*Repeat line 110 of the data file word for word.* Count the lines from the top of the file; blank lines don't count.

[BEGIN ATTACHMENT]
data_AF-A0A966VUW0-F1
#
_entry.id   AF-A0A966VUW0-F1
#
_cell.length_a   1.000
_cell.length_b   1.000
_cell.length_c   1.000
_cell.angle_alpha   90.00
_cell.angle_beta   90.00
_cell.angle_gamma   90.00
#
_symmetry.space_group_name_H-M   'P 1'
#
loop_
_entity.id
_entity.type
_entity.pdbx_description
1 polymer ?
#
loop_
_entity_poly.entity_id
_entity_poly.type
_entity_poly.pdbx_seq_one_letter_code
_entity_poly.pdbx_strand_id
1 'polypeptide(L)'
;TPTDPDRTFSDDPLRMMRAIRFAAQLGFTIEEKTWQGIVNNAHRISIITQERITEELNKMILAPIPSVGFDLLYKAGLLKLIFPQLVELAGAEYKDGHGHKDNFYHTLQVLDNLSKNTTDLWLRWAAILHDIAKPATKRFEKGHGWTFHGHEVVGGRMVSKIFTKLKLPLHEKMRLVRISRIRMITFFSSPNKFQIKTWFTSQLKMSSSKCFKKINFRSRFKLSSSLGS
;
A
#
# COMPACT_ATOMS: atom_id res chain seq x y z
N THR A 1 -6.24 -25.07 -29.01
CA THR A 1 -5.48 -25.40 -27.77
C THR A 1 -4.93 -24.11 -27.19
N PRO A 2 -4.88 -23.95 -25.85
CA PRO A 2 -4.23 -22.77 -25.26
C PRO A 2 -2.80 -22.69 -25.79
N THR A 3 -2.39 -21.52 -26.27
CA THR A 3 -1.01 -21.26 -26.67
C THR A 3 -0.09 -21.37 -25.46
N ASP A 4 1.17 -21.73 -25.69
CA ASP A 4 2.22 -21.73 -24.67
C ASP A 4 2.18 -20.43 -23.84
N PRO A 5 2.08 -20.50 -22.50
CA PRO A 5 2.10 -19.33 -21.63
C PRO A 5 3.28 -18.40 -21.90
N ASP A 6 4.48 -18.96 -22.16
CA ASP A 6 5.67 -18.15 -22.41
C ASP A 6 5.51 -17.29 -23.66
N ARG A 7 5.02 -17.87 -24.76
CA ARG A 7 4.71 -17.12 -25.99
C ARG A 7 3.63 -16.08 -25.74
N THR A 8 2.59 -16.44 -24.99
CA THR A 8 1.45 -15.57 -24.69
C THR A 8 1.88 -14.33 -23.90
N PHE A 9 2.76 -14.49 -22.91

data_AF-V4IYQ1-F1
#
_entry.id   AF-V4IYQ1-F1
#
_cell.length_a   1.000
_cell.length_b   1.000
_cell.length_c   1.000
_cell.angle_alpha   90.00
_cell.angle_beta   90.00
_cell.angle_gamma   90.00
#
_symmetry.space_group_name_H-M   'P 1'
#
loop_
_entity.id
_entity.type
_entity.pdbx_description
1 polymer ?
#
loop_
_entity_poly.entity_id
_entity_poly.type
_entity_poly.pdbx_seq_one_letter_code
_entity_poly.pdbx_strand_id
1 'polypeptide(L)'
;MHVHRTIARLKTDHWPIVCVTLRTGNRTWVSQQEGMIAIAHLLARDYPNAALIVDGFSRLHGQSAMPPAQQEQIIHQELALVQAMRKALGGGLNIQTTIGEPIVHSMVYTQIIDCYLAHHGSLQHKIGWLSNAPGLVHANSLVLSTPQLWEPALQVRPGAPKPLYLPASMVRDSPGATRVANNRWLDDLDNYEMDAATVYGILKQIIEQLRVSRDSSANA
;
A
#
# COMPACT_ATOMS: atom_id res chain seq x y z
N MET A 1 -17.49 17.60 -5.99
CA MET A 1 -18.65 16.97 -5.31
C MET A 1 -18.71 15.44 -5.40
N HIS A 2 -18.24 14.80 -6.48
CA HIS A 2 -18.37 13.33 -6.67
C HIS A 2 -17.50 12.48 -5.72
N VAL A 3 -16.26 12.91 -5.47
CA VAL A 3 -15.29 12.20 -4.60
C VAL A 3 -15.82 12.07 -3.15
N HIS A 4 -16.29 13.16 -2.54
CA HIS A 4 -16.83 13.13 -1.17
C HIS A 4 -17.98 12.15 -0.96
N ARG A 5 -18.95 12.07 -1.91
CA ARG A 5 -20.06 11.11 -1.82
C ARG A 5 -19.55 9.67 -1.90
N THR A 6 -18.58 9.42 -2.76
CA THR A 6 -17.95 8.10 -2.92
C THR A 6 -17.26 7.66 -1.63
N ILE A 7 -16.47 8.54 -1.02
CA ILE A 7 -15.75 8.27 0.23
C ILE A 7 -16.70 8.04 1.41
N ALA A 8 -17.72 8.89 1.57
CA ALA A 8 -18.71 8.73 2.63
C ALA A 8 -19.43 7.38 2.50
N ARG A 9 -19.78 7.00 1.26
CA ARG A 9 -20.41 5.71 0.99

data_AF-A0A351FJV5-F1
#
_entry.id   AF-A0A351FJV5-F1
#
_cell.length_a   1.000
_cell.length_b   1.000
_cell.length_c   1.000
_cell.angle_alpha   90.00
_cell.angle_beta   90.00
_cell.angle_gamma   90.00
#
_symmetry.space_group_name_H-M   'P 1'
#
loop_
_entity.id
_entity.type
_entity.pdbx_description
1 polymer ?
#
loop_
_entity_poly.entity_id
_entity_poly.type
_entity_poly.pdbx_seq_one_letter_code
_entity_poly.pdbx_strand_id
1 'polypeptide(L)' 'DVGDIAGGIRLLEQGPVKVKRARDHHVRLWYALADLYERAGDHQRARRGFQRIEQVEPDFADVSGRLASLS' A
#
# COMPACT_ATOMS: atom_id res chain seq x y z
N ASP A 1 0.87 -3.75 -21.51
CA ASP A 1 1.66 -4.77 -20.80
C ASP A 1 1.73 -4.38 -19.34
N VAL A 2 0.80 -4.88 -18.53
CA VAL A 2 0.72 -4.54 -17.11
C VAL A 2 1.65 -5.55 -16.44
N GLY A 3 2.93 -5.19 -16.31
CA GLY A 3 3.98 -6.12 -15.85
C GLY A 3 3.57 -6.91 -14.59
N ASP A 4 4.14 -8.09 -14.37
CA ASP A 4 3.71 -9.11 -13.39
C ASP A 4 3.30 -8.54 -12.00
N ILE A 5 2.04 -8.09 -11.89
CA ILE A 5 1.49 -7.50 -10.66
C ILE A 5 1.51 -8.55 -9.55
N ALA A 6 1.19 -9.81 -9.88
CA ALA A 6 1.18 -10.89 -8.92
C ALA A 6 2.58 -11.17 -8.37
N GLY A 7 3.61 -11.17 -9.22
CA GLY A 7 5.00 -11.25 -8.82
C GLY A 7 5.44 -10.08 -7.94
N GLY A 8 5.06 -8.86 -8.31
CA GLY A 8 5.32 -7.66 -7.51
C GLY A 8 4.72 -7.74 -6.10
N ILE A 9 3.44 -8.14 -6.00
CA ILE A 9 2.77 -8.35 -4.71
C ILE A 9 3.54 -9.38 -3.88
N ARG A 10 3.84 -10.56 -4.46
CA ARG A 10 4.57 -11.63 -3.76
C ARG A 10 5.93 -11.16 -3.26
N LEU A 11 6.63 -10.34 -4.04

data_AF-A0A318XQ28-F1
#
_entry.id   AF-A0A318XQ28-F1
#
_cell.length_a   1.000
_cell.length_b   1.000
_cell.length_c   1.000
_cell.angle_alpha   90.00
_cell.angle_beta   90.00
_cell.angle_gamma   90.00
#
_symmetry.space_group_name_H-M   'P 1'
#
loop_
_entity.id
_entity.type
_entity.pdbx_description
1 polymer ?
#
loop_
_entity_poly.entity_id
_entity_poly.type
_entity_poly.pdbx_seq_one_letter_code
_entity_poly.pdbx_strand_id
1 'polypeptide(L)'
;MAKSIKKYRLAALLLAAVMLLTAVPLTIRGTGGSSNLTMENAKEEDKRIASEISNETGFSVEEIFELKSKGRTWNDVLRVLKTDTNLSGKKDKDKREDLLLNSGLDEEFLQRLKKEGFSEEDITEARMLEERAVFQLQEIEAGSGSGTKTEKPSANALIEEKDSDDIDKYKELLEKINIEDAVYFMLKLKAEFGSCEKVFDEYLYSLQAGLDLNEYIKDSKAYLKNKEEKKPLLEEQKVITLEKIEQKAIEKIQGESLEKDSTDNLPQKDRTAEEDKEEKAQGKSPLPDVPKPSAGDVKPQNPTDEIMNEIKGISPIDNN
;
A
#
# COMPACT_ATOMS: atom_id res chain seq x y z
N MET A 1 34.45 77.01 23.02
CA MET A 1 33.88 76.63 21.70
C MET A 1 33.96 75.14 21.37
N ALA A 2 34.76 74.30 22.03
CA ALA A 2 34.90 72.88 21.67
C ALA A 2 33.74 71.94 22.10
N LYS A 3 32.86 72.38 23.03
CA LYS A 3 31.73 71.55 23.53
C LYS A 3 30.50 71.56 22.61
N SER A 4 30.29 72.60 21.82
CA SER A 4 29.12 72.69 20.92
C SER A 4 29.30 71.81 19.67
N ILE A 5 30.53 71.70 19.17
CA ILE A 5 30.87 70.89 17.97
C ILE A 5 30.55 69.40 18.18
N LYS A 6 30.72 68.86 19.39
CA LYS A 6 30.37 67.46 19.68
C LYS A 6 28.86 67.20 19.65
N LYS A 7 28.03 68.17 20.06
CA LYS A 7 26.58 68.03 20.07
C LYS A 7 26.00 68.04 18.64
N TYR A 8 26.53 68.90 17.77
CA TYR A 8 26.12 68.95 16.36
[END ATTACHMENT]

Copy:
N ARG A 9 -19.78 7.00 1.26